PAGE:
• Fri
  • Aug 1, 2014
  • Updated: 3:40am

Watch out for pushy fitness club sales ploys

PUBLISHED : Saturday, 16 July, 2011, 12:00am
UPDATED : Saturday, 16 July, 2011, 12:00am

Do not fall prey to aggressive sales tactics from fitness clubs, the Consumer Council warns.

Complaints about heavy-handed techniques by such clubs have risen in the past four years from 94 cases in 2008 to 184 in 2010. There were 119 cases in the first half of this year, a 17 per cent increase year-on-year.

Lured by free gifts or trial offers, consumers are then bombarded by high-pressure sales tactics. Some people have had their credit cards and personal belongings withheld, according to the watchdog.

In one case, a psychiatric patient was talked into signing a HK$60,000 contract while a club employee held on to his ID card and credit card. The patient's mother tried to stop the membership but the company insisted he should pay.

Another man paid HK$600,000 for 400 training sessions over three months. He could not finish all the sessions but his request to revoke the contract was rejected.

Buyers of school textbooks are also feeling the pinch, with price rises exceeding inflation for the first time in three years. Prices of primary school and secondary textbooks for the coming school term - excluding the 'debundled' ones whose prices do not include the cost of related teaching materials - increased by 4.3 per cent and 3.8 per cent respectively, increases above the inflation rate of 3.3 per cent.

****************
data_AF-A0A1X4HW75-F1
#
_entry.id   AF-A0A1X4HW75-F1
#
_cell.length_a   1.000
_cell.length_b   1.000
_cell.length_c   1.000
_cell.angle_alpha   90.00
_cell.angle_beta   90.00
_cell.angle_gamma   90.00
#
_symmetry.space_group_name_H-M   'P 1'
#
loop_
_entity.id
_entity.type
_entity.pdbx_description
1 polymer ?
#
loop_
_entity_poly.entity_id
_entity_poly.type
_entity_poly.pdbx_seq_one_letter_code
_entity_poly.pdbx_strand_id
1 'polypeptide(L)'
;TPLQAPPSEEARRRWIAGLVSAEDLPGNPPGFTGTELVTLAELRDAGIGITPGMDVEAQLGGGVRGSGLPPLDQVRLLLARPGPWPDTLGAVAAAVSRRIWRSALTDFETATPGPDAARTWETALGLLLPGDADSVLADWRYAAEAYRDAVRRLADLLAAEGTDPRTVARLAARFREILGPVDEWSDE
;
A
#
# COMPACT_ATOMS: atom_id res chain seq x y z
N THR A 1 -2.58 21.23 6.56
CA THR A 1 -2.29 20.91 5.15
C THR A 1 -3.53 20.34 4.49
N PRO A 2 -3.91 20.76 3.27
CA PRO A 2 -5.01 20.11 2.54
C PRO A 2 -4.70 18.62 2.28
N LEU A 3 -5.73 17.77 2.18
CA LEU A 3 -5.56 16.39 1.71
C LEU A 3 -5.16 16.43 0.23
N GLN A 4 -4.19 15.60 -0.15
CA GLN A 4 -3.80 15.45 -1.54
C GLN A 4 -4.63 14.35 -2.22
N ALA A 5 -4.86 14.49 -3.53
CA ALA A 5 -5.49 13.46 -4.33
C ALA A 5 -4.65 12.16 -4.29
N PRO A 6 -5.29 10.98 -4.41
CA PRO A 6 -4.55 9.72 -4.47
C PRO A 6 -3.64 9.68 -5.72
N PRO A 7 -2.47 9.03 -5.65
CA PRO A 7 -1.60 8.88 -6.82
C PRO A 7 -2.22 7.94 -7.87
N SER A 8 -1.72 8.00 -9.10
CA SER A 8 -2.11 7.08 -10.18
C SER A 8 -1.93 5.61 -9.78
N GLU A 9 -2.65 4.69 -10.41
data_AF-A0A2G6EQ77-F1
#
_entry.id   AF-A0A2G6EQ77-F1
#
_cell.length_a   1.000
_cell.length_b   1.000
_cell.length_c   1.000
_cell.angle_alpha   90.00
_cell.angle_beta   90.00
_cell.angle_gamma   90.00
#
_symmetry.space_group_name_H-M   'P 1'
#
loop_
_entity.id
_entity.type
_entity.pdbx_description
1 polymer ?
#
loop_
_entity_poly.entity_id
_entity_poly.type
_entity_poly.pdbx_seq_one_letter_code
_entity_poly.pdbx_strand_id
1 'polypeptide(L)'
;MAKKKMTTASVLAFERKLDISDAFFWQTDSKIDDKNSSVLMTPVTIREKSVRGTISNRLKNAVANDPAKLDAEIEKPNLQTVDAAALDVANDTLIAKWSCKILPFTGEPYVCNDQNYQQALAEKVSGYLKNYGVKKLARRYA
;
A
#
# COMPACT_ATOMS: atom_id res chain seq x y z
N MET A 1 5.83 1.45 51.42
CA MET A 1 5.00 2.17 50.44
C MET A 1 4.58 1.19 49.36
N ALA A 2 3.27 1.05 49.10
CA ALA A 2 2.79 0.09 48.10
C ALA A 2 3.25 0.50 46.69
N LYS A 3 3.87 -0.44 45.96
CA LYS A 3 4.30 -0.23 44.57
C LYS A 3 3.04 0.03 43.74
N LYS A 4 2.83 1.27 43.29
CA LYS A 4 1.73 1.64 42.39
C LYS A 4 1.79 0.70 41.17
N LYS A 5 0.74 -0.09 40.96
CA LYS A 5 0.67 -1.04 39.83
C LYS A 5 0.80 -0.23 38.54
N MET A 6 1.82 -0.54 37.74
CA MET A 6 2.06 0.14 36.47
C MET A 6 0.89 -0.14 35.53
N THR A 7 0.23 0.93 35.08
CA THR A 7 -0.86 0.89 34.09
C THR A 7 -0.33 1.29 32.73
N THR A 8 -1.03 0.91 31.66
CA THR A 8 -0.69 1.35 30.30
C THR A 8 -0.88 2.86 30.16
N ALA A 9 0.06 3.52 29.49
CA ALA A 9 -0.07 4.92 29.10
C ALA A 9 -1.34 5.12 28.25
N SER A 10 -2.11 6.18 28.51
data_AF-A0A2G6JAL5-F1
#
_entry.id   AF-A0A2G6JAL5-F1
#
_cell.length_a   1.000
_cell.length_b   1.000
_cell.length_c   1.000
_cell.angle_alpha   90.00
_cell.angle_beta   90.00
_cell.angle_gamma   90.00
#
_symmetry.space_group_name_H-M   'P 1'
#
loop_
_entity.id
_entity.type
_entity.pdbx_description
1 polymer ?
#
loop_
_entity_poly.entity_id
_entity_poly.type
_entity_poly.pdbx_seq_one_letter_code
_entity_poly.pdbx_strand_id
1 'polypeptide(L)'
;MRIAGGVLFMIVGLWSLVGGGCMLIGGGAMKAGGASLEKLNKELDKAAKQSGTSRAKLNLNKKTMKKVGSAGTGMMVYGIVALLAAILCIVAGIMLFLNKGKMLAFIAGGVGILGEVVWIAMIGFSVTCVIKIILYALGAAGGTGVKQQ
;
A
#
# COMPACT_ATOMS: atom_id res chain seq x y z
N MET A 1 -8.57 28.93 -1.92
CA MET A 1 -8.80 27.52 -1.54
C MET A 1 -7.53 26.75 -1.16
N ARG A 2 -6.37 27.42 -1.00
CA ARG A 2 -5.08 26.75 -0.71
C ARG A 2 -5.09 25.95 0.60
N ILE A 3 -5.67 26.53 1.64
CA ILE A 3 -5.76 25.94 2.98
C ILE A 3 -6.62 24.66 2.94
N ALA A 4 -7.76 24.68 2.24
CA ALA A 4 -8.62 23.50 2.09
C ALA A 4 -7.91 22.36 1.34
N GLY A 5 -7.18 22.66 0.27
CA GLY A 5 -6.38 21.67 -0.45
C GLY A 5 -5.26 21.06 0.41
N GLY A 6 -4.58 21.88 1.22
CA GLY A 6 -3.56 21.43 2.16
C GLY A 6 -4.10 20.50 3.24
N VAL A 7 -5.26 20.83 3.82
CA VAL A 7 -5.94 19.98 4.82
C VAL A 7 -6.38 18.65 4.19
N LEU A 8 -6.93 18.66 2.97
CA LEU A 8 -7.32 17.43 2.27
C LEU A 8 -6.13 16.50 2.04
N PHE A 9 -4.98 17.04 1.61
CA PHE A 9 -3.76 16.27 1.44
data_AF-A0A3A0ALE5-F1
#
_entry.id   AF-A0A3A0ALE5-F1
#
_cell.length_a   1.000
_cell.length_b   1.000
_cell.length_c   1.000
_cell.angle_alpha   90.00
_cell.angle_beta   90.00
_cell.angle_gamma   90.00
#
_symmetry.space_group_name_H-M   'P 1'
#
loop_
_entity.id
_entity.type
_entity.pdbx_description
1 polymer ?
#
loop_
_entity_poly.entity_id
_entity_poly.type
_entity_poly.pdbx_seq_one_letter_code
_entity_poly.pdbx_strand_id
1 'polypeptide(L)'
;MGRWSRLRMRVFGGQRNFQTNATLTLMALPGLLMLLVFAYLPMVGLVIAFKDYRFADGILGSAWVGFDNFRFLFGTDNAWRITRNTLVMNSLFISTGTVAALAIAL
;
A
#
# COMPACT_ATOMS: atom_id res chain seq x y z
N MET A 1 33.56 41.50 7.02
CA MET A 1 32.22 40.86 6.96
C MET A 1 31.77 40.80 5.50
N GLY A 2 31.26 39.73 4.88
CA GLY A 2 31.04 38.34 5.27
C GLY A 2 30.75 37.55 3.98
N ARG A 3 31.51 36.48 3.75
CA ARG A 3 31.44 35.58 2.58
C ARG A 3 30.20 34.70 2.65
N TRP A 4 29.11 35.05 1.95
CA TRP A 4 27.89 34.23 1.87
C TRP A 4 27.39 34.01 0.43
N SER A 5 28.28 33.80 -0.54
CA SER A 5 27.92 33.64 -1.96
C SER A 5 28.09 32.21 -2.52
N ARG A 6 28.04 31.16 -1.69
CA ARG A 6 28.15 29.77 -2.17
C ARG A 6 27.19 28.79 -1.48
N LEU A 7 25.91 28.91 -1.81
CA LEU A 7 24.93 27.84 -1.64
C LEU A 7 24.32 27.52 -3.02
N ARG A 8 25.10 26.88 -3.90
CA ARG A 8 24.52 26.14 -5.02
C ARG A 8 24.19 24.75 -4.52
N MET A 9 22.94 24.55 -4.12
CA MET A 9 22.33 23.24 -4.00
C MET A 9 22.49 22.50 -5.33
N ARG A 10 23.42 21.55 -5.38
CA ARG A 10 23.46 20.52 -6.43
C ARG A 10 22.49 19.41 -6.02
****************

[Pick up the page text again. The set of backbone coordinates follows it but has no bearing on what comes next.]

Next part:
'Book publishers attributed the increase to an increase in costs and a decrease in the number of students,' council chief executive Connie Lau Yin-hing said. Paper prices surged in May, she added.

Hong Kong Educational Publishers Association and the Anglo-Chinese Textbook Publishers Organisation said the figures were misleading. The council included some reference books instead of textbooks, they said.

The prices of 15 per cent of all textbooks will be unchanged and some new books will cost up to a quarter less, according to the groups. A price rise was necessary to support higher costs over the past three years, they added.

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